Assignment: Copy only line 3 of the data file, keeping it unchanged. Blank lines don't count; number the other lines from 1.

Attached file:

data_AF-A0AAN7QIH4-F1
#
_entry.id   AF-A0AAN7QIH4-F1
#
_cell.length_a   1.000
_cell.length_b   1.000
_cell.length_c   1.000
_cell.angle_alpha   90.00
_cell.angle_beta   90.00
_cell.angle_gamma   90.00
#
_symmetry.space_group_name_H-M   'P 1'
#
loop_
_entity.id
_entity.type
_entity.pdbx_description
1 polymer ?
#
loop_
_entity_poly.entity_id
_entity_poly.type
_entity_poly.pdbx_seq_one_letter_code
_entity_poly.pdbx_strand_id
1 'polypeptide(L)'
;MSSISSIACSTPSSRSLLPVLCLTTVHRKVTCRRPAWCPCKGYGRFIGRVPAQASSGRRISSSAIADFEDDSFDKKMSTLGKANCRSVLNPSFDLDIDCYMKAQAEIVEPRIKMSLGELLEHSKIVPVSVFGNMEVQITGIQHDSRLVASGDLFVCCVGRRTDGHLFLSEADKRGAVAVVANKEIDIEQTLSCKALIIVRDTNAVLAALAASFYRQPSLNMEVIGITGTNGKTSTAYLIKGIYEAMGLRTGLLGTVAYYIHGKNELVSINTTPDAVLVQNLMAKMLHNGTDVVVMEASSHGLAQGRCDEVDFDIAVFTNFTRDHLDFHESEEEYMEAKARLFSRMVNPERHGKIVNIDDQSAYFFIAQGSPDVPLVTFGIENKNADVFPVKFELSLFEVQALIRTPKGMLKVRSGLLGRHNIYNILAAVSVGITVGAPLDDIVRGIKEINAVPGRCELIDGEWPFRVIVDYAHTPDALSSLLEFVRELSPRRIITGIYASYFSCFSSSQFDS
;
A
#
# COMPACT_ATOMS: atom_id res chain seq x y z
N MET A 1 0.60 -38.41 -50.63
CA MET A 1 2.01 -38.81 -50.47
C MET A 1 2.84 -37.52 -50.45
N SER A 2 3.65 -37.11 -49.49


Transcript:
_entry.id   AF-A0AAN7QIH4-F1